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Samantha Bee is a Correspondent on The Daily Show With Jon Stewart. Her writing has appeared in Chatelaine Magazine, The Wall Street Journal, The New York Times, and she is the author of I Know I Am, But What Are You. Her body of work is best characterized as "unserious."

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Tiny Toys Are Trying To Ruin My Life.

By Samantha Bee |

 

Please don't kill me.

Tiny Toys Will Be The Death Of Me, they will.

Two possible scenarios come to mind.

I will either: A) accidentally step down hard on a Squinkie bubble, frightening myself and causing me to lurch backwards into an Aikido-Roll-Of-Death out the living room window and onto the street below, or B) slowly perish from the extreme exhaustion of searching every nook and cranny of my home for miniature lightsabers, day after day in an endless loop of victory (YAY, we found Luke’s blue Jedi sword!), followed by the inevitable loss and recrimination (Mother, where did you put Luke’s blue Jedi sword?).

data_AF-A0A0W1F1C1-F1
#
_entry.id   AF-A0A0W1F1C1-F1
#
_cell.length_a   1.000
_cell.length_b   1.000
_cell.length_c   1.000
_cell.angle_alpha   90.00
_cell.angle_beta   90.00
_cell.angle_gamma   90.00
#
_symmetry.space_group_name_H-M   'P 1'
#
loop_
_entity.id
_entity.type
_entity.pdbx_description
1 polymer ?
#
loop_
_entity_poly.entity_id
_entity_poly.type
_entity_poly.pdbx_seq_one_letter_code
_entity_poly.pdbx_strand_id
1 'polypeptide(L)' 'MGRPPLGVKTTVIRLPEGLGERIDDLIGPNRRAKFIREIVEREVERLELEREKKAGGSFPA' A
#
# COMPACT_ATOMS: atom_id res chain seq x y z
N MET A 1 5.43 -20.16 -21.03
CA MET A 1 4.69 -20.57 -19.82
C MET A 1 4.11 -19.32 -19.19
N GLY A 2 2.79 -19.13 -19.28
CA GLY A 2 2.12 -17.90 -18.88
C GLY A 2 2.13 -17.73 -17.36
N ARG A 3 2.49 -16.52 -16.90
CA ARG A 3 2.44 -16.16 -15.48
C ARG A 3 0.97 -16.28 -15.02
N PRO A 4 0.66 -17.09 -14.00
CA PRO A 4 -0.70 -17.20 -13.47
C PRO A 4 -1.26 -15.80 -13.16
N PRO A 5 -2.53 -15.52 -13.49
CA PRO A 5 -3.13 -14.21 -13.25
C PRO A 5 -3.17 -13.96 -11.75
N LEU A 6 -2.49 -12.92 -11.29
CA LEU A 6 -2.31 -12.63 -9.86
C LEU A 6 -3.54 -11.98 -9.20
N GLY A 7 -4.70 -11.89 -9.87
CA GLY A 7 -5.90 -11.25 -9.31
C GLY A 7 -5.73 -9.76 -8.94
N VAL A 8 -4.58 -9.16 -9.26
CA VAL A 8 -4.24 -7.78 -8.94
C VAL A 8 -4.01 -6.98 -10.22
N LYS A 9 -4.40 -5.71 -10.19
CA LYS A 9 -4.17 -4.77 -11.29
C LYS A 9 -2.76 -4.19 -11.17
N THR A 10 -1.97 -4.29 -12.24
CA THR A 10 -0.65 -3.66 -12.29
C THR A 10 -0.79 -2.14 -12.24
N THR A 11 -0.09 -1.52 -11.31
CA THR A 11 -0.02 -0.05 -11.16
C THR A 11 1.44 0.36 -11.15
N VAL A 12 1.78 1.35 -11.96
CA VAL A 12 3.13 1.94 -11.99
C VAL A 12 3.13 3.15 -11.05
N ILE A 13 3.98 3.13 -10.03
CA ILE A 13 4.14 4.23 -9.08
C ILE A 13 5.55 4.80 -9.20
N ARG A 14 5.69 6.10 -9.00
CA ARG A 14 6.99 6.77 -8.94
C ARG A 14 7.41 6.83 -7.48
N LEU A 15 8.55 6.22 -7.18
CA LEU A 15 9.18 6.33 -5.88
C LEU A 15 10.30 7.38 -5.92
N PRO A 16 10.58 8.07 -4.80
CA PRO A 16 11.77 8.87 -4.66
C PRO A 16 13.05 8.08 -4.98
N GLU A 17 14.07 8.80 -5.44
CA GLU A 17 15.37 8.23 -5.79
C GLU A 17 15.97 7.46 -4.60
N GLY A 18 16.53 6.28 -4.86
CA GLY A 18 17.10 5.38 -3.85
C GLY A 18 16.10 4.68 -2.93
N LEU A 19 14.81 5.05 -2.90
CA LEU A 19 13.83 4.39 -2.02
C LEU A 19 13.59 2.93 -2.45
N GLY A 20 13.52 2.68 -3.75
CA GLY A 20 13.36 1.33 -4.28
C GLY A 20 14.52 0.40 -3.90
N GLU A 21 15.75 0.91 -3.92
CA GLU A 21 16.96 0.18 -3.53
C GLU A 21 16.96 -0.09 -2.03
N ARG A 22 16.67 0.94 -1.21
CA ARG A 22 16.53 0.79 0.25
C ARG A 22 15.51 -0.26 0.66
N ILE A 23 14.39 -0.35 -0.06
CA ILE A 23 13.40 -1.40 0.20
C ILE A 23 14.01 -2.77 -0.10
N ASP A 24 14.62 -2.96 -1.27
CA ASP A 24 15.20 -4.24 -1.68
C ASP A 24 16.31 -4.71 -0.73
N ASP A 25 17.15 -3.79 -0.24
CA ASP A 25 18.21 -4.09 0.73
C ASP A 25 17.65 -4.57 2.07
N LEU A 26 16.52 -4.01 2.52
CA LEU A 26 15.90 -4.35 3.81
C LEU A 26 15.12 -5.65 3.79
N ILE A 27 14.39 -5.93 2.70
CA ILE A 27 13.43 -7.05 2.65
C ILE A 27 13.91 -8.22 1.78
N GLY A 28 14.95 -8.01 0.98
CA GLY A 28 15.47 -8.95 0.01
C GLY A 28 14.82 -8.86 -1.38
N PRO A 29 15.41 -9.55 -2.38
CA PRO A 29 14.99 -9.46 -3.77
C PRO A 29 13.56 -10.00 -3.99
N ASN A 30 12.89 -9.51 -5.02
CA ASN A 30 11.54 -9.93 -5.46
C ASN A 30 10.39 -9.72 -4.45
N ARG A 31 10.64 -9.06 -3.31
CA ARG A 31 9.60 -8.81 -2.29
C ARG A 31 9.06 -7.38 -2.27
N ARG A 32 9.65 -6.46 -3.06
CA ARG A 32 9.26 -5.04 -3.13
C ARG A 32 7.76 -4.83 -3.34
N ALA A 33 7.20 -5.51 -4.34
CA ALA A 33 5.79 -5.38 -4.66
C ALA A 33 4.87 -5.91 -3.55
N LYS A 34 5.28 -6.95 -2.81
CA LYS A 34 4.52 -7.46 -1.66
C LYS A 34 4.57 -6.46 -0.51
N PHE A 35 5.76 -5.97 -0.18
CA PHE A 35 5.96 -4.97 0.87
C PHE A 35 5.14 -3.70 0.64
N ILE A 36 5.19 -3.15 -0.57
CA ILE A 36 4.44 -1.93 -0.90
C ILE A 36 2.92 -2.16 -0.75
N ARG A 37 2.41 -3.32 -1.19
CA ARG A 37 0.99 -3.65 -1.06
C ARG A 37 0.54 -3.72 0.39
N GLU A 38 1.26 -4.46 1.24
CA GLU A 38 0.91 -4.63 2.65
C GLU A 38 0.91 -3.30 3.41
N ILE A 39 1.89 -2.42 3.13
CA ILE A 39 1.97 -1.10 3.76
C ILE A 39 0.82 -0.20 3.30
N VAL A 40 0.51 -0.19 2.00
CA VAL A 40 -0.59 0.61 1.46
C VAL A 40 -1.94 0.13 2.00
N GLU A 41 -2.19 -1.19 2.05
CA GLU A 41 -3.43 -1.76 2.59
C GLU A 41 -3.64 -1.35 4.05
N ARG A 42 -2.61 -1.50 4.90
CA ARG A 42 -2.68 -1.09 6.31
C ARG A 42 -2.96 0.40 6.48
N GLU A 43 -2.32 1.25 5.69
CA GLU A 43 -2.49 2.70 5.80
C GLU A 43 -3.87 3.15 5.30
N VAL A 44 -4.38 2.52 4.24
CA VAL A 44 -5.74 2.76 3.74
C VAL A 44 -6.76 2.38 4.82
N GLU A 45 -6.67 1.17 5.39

Perish, I tell you.

When did my children become obsessed with tiny toys? And why does every tiny toy person come with even tinier accessories, including but not limited to weaponry, detachable shoes, microscopic baby bottles, and lentil-sized passports?

And those lightsabers. Oh God, the lightsabers. As slender as a toothpick, and just translucent enough to blend in with any shade of carpet or floor covering, it is also fun and desirable enough to cause extreme distress when it goes missing. Which it will. Within seconds of your child having pried it out of the tiny plastic hand his parents so lovingly Krazy Glued it into. Oh yes, we Krazy Glue.